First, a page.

All statistical analyses were carried out using SPSS 22.0 (IBM Corp., Armonk, NY, USA) software. We have analyzed whether parameters were normally distributed using Shapiro-Wilk test, α=0.05. According to Shapiro-Wilk test age, PSA, BMI, IPSS, IPSS-S, IPSS-V, IIEF-5 are normally distributed, while TPV, Qmax, IPSS-QoL, AIS and MAQ are not. Normally distributed continuous variables are expressed as the mean ± standard deviation, and non-normally distributed continuous variables are expressed as median [inter quartile range (IQR)]. The student’s t-test and Mann-Whitney U test were used to compare the clinical indicators before and after medication, as well as the clinical data between the two groups. All tests were 2-sided, and a P value of <0.05 was considered a statistically significant difference. We performed a per-protocol analysis (PP analysis). For continuous primary and secondary outcome variables, the Markov chain Monte Carlo multiple imputation method was used to impute missing data using 10 iterations.
From September 2019 to July 2020, we recruited a total of 143 patients and excluded 23 patients, who did not meet the inclusion criteria (n=11), refused to participate (n=7), and excluded (n=5) for other reasons. A total of 105 patients completed the study, and the completion rate was 87.5%. A total of 15 patients withdrew from the study, including 11 patients in the SM group [eight did not complete follow-up, one withdrew due to adverse drug reactions, and two underwent transurethral resection of the prostate (TURP)] and four in the Phellodendron Bawei tablets + SM group (three did not complete follow-up and one underwent TURP) (Figure 1). The adverse drug reactions that caused those in the SM group to withdraw were gastrointestinal in nature. Participants in both groups who withdrew to receive TURP did so due to acute urinary retention. There are no important harms or unintended effects in each group.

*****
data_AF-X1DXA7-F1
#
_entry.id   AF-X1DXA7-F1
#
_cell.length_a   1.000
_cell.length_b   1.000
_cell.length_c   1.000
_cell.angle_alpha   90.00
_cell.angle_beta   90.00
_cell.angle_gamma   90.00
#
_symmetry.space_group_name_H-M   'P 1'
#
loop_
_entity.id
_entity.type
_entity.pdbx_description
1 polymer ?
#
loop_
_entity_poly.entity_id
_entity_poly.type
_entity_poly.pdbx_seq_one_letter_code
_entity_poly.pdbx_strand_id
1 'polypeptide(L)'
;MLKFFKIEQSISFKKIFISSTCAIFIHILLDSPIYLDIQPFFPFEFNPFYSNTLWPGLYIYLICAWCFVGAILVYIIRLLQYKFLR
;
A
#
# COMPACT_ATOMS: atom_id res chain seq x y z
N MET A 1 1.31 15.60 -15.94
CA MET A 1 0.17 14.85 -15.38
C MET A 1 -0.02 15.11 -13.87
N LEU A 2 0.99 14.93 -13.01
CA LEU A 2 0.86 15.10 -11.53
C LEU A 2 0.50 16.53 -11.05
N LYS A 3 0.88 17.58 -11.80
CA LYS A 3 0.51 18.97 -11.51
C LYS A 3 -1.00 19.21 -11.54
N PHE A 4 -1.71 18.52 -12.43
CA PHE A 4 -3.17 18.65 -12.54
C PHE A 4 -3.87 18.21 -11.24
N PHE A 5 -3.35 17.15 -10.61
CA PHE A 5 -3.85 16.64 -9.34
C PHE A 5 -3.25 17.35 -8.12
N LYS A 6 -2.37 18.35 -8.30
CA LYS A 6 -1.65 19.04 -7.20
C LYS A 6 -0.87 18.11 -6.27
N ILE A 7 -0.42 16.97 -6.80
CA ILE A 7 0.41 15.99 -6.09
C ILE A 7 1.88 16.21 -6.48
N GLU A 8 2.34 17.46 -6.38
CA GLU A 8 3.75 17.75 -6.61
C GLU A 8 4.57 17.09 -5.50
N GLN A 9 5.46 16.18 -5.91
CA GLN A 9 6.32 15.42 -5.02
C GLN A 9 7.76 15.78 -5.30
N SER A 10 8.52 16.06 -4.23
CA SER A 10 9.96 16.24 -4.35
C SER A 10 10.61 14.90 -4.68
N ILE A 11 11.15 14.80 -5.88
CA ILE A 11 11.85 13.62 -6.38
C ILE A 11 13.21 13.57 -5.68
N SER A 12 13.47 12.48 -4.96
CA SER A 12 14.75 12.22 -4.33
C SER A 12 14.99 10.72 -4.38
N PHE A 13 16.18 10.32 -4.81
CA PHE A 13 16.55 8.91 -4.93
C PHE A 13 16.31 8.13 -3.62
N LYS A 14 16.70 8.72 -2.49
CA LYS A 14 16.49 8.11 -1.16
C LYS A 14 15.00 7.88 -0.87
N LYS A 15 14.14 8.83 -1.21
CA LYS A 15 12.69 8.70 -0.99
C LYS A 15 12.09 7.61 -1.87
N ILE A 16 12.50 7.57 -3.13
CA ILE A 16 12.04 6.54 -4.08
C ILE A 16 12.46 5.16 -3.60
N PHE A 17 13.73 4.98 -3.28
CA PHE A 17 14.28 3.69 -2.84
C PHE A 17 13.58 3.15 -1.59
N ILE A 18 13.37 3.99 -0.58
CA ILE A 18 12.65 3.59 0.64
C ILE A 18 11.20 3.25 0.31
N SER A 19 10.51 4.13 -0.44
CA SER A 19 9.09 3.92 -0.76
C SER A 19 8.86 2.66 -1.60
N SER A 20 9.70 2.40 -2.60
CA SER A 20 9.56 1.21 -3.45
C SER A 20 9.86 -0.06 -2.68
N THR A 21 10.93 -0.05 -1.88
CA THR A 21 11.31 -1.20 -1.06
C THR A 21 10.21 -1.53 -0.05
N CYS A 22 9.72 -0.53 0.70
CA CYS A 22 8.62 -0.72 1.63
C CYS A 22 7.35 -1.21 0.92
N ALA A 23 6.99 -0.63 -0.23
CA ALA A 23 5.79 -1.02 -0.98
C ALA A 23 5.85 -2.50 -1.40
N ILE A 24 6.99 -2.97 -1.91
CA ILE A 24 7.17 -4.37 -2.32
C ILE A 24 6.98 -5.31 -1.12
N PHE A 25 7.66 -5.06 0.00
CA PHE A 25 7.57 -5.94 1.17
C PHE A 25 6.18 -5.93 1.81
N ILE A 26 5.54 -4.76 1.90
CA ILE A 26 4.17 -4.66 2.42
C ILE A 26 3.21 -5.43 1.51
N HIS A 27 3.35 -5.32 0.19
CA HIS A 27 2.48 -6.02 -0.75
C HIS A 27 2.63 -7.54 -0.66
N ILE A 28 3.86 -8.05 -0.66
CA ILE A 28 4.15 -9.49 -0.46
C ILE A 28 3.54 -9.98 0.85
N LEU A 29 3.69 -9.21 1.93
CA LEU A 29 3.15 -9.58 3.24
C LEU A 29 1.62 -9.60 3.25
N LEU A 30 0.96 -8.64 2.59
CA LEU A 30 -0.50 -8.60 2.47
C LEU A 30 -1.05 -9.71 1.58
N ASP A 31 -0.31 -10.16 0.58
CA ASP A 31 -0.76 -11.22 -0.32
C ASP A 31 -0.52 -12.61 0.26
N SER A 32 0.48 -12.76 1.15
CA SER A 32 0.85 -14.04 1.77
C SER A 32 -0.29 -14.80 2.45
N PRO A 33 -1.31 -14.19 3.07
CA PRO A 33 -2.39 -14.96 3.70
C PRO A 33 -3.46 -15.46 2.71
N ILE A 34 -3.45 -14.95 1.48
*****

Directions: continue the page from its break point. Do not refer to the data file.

The baseline characteristics of the study population are shown in Table 1. There was no significant difference in age, BMI, PSA, PV, Qmax, IPSS score, IPSS-QOL score, AIS score, or IIEF-5 score between the two groups (P>0.05).
Table 2 shows the changes in clinical indicators and relevant scores in the two groups after 6 months of treatment. PV, Qmax, IPSS scores, IPSS-V scores, IPSS-S scores, IPSS-QOL scores, and AIS scores of the two groups improved compared with the baseline values (P<0.05) after 6 months of treatment, but IIEF-5 scores of both groups decreased (P<0.05). This indicated that both drug regimens had good therapeutic effects on BPH, but also a negative effect on sexual function.
Table 3 shows the changes in clinical indicators and relevant scores in control (SM) and experimental groups (Phellodendron Bawei tablets + SM) after 6 months of treatment. There was no significant difference in PV (P=644), Qmax (P=0.441), IPSS-total score (P=0.488), IPSS-V score (P=0.190), IPSS-QOL score (P=0.498), or IIEF-5 score (P=0.349) between the experimental group and control group, but IPSS-S (P=0.027) and AIS scores (P<0.001) were improved more significantly in the Phellodendron Bawei tablets + SM group, and the MAQ score in the Phellodendron Bawei tablets + SM group was lower (P=0.003). This indicates that compared with the control group, the experimental group had greater improvements in storage symptoms and sleep status, and the experimental group had higher medication compliance.